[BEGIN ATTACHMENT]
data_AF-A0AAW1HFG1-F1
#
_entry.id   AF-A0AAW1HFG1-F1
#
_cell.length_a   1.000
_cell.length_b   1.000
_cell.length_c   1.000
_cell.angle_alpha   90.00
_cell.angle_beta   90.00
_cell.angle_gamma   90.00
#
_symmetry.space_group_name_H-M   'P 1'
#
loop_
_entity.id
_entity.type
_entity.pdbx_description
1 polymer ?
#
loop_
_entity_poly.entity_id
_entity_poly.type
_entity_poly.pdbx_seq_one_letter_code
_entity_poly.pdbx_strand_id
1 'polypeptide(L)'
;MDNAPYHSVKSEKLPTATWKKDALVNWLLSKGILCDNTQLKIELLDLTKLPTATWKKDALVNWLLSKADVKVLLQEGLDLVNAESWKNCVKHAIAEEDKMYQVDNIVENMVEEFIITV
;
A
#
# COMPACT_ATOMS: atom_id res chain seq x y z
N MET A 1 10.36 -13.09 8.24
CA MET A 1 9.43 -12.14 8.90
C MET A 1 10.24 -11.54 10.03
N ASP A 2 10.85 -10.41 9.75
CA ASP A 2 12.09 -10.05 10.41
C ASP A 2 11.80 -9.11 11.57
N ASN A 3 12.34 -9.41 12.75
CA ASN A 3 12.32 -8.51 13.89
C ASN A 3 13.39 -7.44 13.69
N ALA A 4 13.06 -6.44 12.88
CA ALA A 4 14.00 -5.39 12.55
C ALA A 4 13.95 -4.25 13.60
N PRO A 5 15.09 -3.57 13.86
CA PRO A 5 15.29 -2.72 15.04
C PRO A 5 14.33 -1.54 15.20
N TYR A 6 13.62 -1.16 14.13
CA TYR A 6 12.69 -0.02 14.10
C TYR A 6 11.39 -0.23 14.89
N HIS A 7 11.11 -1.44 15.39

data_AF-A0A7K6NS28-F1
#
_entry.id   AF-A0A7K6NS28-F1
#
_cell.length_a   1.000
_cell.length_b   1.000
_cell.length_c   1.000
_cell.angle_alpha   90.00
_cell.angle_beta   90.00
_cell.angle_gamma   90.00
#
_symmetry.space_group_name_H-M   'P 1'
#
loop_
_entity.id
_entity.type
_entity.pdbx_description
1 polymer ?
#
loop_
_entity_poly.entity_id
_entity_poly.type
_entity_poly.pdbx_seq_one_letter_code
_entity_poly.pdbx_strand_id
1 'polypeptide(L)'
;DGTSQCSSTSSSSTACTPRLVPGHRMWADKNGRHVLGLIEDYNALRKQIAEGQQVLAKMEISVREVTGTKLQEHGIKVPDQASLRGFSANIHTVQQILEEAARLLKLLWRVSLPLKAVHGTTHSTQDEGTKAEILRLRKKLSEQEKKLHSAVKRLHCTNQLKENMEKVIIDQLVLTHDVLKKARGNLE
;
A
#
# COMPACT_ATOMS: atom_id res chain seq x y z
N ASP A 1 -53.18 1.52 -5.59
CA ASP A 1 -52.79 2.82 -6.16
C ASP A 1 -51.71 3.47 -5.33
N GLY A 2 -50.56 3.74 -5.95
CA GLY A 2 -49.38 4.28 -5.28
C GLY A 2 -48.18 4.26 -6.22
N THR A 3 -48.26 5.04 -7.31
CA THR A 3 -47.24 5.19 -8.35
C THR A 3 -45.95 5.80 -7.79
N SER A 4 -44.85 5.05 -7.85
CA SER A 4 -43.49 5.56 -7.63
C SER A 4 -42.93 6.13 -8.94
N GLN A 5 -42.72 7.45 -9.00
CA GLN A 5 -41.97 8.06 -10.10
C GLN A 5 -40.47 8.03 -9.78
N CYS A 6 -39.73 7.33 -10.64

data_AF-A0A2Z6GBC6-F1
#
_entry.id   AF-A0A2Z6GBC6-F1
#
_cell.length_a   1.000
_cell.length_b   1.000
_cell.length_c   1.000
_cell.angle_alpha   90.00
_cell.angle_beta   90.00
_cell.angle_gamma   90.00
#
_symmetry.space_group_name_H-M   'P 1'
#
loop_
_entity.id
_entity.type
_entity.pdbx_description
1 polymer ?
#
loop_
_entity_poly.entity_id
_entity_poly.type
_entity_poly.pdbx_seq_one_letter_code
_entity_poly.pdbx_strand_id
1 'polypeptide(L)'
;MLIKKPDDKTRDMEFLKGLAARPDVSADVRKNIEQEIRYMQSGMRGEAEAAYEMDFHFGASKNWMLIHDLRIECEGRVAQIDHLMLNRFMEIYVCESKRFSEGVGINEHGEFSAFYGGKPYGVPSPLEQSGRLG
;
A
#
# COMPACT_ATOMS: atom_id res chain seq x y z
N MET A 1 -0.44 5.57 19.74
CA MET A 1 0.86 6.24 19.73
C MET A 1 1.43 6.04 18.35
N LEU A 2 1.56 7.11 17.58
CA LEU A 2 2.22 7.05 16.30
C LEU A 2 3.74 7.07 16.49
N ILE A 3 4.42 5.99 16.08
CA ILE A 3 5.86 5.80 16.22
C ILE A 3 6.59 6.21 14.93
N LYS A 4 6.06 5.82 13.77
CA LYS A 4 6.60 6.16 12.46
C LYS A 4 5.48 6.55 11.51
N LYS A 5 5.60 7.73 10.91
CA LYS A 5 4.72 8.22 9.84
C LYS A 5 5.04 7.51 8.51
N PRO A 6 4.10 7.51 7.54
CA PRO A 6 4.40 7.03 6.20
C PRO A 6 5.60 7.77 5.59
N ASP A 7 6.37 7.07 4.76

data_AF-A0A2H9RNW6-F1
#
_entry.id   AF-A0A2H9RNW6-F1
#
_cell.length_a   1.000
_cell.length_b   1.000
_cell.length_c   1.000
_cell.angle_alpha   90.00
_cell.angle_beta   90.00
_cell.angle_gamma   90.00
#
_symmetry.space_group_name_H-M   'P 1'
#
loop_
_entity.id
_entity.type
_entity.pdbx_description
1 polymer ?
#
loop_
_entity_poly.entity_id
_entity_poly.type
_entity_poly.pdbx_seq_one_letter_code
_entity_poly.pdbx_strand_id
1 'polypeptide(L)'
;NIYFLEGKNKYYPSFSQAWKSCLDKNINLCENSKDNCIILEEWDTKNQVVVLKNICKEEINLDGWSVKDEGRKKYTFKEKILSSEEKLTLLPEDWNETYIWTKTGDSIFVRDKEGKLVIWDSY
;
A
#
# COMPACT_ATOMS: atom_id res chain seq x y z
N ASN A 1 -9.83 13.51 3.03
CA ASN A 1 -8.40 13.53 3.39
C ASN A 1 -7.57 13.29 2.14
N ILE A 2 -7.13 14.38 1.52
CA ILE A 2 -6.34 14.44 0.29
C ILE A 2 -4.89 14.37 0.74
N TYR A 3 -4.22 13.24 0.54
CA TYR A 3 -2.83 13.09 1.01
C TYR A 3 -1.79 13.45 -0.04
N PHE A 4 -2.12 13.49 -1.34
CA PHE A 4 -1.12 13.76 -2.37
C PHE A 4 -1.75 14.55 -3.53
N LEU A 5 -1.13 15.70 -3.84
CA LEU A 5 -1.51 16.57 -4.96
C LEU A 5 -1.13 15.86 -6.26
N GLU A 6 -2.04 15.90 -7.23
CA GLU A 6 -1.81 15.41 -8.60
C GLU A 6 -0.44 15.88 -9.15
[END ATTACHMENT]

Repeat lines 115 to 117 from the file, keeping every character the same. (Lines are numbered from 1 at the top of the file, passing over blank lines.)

loop_
_entity_poly.entity_id
_entity_poly.type